Shaw Chartrand lives his life by a simple motto; ‘you only live once, but if you do it right, once is enough.’ Shaw believes in it so much, it’s tattooed on his arm.
This lust for life wasn’t always the case for the 43-year-old from Regina. It took a diagnosis of colorectal cancer when he was just 32 to reinforce what’s truly important.
“I don’t take things for granted. I love my family, I love my friends, and we love to travel. We love to experience life. You never know what tomorrow brings, so it’s very important to seize each day,” exclaims Shaw Chartrand.
Colorectal cancer is most common in men and women over the age of 50. Shaw says what lead to him getting checked out was he noticed he was going to the bathroom a lot. He knew something wasn’t right and went to his family doctor.
“My doctor wanted to investigate everything. He was thinking all the way along it was going to be IBS or something to do with my bowels; it couldn’t be the c-word.”
But it was! Shaw admits he was surprised initially, however when he thought about it, he actually wasn’t. His two grandmothers had the disease, and his Dad passed away from bowel cancer two years earlier.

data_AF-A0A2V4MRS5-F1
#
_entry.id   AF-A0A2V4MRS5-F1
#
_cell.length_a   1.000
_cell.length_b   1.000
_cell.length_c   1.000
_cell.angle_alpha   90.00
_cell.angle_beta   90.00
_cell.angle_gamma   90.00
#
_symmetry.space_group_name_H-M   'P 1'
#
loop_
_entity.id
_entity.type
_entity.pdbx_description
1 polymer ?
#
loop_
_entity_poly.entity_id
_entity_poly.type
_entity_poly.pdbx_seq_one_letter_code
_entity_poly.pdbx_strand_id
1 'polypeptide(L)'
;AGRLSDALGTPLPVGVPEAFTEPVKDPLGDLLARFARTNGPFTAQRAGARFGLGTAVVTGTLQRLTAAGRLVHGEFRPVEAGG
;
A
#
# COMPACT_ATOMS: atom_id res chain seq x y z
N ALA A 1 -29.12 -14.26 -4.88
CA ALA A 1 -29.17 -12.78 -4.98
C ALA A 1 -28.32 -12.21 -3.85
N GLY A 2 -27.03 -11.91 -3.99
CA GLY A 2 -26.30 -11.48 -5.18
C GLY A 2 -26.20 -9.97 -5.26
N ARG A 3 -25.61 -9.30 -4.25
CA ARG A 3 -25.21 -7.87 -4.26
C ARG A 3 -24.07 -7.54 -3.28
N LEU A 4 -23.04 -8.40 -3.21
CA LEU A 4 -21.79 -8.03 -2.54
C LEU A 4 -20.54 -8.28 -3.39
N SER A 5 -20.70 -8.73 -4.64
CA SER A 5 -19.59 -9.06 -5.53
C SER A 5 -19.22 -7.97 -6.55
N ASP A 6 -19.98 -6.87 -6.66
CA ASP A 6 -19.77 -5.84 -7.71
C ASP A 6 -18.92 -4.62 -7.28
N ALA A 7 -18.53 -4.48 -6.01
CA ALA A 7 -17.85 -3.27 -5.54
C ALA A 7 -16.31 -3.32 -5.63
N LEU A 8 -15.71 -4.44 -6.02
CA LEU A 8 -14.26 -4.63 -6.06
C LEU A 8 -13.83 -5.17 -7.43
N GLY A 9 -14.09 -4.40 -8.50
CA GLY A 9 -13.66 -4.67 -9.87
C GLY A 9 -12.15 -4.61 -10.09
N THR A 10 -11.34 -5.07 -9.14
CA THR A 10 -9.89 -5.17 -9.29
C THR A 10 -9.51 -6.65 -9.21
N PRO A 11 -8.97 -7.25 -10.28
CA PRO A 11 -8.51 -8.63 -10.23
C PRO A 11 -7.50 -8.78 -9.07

Shaw says his Dad was sick for a long time. It was how his father dealt with cancer that the married father of one was going to draw upon for his own battle.
“I saw how my Dad dealt with the disease just very positive all the time. You would never have known he was fighting for his life,” Shaw says.
His treatment included weeks of radiation, chemotherapy and a prolonged surgery. There would be more chemotherapy afterwards as well. Through it all, he kept focused on getting healthy for his wife and their young son. Helping him through all of this was care teams at the Allan Blair Cancer Centre.
“These people are just doing their jobs but it’s more than that. They’re there holding your hand, telling stories, telling jokes, and they’re trying to save your life at the same time. It’s an unbelievable place,” says Shaw.
Shaw just had his 10-year scan, and he’s doing great. He runs his own general contracting company, and as the tattoo reminds him to, he’s living his life to the fullest.
He’s giving back as well. Shaw volunteers time to visit people in the hospital who had the same surgery he did. He’s also raising money during Colorectal Cancer Awareness Month, selling shirts and hats to raise awareness about the disease. Proceeds will be donated to the Foundation.
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